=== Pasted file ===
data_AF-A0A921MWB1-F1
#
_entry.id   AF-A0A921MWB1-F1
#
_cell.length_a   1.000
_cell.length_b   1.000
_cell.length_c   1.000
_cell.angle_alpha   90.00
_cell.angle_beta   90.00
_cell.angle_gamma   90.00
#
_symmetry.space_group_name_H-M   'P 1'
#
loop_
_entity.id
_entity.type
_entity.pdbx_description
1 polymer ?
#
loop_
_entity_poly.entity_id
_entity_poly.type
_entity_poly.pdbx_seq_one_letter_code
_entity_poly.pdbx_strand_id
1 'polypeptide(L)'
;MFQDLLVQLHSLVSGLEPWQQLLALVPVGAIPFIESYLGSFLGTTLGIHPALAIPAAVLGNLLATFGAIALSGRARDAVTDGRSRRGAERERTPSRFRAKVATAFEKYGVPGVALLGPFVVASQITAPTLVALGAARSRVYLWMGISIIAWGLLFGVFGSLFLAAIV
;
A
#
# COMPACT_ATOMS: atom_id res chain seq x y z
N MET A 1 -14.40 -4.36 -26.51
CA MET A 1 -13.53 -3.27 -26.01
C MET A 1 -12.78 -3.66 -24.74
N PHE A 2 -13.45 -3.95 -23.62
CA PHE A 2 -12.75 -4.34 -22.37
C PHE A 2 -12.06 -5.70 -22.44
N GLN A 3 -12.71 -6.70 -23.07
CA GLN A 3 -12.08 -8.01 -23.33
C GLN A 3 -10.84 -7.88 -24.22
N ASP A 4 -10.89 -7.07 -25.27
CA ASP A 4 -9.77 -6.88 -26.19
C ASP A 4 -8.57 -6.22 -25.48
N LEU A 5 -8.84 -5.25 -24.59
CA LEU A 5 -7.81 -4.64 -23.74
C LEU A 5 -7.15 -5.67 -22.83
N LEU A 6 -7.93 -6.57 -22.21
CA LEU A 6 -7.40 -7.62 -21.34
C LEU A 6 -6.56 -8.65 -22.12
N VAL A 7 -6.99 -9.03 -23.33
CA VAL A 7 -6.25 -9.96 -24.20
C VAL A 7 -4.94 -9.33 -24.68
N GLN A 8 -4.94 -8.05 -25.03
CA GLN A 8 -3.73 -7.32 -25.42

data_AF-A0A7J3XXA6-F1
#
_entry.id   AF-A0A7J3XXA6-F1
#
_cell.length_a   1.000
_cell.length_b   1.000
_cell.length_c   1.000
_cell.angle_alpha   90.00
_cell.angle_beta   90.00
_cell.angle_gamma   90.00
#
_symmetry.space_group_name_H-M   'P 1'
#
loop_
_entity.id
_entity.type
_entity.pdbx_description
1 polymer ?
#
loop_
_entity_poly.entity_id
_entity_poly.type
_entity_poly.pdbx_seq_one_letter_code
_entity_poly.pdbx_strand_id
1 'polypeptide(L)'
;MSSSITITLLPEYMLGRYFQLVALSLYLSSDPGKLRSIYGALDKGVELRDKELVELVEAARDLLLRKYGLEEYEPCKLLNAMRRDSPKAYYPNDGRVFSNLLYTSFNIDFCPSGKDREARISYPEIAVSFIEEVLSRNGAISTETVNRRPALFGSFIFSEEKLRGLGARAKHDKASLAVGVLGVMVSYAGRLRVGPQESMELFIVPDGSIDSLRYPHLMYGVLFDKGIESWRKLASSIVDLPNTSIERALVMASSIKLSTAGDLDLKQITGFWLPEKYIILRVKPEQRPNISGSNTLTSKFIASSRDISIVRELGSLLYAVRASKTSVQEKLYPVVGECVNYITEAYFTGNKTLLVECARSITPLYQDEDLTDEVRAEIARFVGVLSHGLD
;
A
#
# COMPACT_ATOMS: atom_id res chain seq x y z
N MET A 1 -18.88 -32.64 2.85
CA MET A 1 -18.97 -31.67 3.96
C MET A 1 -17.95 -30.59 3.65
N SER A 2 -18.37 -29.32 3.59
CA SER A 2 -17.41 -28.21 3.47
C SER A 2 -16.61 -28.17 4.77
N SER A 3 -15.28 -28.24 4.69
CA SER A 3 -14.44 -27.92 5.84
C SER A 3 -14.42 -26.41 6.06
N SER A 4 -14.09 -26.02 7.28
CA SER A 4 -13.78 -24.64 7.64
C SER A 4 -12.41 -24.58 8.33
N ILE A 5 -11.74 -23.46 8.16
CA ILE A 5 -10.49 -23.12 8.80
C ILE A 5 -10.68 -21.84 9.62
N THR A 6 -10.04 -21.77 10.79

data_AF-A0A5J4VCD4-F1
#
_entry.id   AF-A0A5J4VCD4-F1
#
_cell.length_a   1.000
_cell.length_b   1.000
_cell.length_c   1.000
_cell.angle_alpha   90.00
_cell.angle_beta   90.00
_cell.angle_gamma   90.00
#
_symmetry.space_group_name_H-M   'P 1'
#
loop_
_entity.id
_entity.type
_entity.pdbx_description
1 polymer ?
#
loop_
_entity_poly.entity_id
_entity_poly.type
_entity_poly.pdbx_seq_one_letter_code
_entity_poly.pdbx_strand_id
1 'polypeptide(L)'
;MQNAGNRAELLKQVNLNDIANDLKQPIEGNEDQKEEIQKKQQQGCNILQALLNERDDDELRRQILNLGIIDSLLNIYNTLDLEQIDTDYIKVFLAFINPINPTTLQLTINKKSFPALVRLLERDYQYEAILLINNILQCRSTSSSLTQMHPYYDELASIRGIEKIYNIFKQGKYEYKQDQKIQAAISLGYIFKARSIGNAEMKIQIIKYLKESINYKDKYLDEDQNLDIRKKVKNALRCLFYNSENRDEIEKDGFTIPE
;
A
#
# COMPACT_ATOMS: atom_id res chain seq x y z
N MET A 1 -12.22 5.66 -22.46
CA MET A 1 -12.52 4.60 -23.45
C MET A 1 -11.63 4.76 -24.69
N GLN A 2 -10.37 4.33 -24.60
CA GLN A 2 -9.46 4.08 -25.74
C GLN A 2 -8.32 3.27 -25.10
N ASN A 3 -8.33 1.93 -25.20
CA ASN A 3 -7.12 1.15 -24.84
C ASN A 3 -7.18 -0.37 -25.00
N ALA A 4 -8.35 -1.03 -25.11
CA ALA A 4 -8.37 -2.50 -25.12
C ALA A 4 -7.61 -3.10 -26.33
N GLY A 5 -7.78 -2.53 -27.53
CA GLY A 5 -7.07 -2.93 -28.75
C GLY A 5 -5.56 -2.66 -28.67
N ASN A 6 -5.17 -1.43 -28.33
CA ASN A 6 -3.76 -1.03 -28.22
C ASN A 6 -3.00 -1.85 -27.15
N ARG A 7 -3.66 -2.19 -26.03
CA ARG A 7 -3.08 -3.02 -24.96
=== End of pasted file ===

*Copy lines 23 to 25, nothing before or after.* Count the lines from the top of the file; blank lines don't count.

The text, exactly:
_entity_poly.pdbx_seq_one_letter_code
_entity_poly.pdbx_strand_id
1 'polypeptide(L)'